Battery Backup (UPS) - Abundance of Caution

I’m wondering how many have thought of or ran into power disruption during a print job?  I decided to pick up an UPS for my Form 1 to plugged into so if there is power loss during a long print, I can still keep going (unless it’s a prolonged outage…)  My thinking is it’s not a matter of IF this is going to happen but WHEN will it.


I was thinking about doing this as well. I guess I’ll probably put my printer right next to my computer (which already has a UPS).

That make sense…I use a MacBook so the UPS thing is new in this setup.  Thanks for chiming in…

I’ve got mine hooked up to a small battery backup as well. I get a lot of small power disruptions in my area, so a UPS is a must. Good tip!  ^_^)b

Right!  Small power disruptions / voltage fluctuations would also be another reason to use an UPS with the Form 1.  Thanks for bringing that up -Tj-.

Great idea! A decent UPS costs ~$40-50, which is cheap insurance to prevent both surges and failed builds due to brown or blackouts.

Does anyone has a particular brand to recommend?

I see mainly APC and Cyberpower on amazon, but I’m not sure about the quality of the product for 50-100$ range nor their customer service.


@Jason: cheap insurance it is :slight_smile:

@Damien: The one I got was on Amazon’s “Today’s Deal” about 5 days ago and thought it was a good deal at $52 but today it’s about $46.99.  Fits the price range that Jason mentioned now but I got it mainly for the Form 1 since I run a MacBook.  If you want more backup time, it will probably cost more, may have a LCD / fancy features.  Haven’t done much with it yet as I’m waiting for my Resin so I’m hoping this does the trick.  Your mileage may vary if you have other electronics connected to the UPS.

I got the one with the “Green Feature”:

Hope this helps in some way.


I have a CyberPower 625VA. I was a little hesitant to buy a non-APC UPS, but the CyberPower UPS has held up great so far with my desktop PC tower and monitor. The true test will be to see how it copes when the printer’s going, too. :slight_smile:

Just a heads-up on some UPS setups…  We had a commercial haunted house attraction last year and installed some cheap (~$40) UPSes from OfficeMax to run our emergency lighting.  The only load they had on them was some LED lights-- maybe ~5-20W depending on the unit.  Based on the wattage rating of the UPS and the light loads I assumed that we’d get close to an hour of backup lighting from them.

Surprisingly, all the backups would fail at almost exactly 20 minutes every time we removed the power.  Some experimentation revealed that changing the load on the UPS didn’t affect that ‘maximum’ run time.  Apparently they just turn off the backup power at 20 minutes to protect the battery regardless of the actual load on the outputs!  Something to consider if you’re thinking about buying a “oversized” UPS to get a longer run time (say to complete a print during a prolonged outage).  It might not work that way.

@Clay: Thanks for the heads up on this possible scenario!!! Even more of a reason I’ll be doing a test by connecting the battery to my lamp and timing it. One possible fix I hope is having it connect to a computer with the UPS software installed to “configure” it to drain all the way through but I’ll find this out on my “Green” UPS and report my findings here. -Will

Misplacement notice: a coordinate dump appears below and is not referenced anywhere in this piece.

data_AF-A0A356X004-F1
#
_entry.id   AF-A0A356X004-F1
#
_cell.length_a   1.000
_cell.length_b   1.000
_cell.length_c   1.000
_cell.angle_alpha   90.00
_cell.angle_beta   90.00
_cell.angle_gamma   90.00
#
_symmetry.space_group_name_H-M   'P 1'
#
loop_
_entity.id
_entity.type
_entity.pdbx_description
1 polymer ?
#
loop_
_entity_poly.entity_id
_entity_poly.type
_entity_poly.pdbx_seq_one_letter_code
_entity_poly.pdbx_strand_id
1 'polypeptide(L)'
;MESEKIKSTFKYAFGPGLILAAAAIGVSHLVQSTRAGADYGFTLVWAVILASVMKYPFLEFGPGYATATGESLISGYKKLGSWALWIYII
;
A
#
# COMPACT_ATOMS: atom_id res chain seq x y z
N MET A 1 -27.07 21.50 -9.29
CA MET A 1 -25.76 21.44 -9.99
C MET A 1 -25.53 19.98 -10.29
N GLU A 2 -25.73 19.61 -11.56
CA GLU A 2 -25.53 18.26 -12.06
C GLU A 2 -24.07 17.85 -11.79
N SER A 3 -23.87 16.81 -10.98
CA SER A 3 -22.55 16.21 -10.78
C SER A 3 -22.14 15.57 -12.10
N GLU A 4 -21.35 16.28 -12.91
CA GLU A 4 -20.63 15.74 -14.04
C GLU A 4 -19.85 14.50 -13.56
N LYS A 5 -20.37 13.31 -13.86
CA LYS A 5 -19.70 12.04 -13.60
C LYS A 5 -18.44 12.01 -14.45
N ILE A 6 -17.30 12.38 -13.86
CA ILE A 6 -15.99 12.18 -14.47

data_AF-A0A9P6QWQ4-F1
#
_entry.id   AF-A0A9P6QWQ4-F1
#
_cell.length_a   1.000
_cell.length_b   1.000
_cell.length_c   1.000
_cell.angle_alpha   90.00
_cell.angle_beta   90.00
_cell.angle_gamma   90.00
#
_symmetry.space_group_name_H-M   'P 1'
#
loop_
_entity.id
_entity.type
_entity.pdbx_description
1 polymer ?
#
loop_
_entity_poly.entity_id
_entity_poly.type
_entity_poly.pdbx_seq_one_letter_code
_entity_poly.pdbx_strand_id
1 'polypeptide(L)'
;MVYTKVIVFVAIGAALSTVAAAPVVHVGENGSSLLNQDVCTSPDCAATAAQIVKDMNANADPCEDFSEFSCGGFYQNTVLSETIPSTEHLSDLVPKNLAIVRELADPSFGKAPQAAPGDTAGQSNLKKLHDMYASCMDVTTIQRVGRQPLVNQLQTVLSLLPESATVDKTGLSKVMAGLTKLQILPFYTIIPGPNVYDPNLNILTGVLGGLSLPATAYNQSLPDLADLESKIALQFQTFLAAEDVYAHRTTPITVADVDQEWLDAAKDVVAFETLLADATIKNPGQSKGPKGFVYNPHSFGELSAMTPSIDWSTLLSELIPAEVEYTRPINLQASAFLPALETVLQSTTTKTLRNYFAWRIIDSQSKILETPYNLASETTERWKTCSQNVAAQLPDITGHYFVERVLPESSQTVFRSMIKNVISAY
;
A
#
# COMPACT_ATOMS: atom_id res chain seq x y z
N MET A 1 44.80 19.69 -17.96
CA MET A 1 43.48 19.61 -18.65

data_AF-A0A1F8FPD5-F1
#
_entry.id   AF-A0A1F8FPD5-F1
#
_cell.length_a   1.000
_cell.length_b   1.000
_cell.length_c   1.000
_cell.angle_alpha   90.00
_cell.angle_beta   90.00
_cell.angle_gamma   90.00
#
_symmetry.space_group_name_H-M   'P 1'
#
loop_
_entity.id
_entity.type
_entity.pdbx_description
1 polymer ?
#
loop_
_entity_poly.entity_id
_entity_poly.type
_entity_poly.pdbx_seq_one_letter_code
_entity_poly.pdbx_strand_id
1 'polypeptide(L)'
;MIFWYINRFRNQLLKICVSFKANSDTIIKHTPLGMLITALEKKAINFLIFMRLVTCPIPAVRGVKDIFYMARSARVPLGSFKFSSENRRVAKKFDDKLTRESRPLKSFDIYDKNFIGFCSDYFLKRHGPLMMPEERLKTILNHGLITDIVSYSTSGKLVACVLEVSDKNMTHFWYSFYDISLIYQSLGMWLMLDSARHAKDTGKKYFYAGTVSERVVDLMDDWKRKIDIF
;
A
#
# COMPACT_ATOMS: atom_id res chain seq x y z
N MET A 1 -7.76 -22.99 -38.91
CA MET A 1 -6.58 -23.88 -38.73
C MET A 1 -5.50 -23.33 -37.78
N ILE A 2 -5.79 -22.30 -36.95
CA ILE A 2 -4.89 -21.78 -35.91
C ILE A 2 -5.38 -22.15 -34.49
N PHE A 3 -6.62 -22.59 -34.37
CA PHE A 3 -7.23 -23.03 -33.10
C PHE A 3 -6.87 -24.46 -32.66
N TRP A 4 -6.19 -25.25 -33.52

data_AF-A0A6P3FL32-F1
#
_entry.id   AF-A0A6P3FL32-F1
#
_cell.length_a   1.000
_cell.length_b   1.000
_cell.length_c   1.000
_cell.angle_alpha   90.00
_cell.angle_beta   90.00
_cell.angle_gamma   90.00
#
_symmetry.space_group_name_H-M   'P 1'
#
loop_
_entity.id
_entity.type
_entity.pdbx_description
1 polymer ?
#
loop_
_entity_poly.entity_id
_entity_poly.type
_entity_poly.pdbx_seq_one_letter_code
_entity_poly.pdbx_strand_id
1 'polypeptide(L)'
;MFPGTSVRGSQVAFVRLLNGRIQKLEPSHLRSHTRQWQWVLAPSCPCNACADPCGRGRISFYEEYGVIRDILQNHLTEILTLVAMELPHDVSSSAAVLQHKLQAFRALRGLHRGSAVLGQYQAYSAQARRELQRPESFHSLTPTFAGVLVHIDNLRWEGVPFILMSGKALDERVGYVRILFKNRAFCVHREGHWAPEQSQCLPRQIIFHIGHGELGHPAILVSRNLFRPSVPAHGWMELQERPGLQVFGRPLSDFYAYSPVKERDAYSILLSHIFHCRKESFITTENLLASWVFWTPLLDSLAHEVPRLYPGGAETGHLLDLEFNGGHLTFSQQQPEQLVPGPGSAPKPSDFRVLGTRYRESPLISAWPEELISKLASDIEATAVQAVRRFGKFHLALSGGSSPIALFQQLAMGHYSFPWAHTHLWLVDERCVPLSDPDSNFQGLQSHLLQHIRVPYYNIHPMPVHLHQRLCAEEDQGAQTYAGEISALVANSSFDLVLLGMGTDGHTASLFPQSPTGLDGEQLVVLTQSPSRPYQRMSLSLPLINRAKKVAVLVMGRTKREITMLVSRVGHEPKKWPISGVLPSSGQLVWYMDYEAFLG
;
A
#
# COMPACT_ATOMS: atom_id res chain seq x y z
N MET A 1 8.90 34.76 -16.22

Good info, Clay. :slight_smile: I didn’t know that they limit running time no matter what, but it makes sense that it would to protect the battery from over-draining.

@Clay Hmm that doesn’t sound right. I’d look at the manual for your particular UPS unit and see if the battery meter needs calibration. Just as an example, take a look at APC’s runtime graph for the BackUPS 550VA, a cheap $50 unit near the top of the Amazon search results for “UPS”:   This chart claims 60 watt load should run for ~45mins on calibrated fresh batteries.

Ok, an update to my findings…I had a lamp connected to the UPS and left it on for 25 minutes.  Operation definitely surpassed my worry of a default 20 minute shutdown.  Based on the battery capacity, if I can get my Form 1 out of the box to check power requirements, I should be able to calculate how long things can keep running (Resin arrives today and Form space almost ready so Form 1 still hibernating in shipping box).  I may just connect the battery data cable to my computer and have the software tell me what it can.


FYI, Form 1’s specs say it draws 60 watts. I’m assuming that’s avg load during operation.

@Jason - I too would infer that the APC would run proportionally to current draw based on that graph.  I don’t really recall what the brand we got from OfficeMax was…  Could have been Belkin? (They’re in storage for the season, or I’d look.)  There was no PC connected to the USB port either, so maybe that changes their behavior as well?  I’d write it off as a slightly hinky one except that they all would turn off within ~30 seconds of each other-- regardless of different loads on them.  It’s also possible that the current monitor in the UPS was expecting a more “PC” like load (amps vs. milli-amps) and the low power ~5-10W load simply doesn’t register and it shuts the inverter thinking there’s nothing plugged in?

I have a couple older APC units here (they might even be 550VA’s or an earlier model) with batteries that are toast.  I keep meaning to buy a full size deep cycle marine battery and lash it up to the APC’s inverter and see if it’ll run “forever” with that setup. :wink: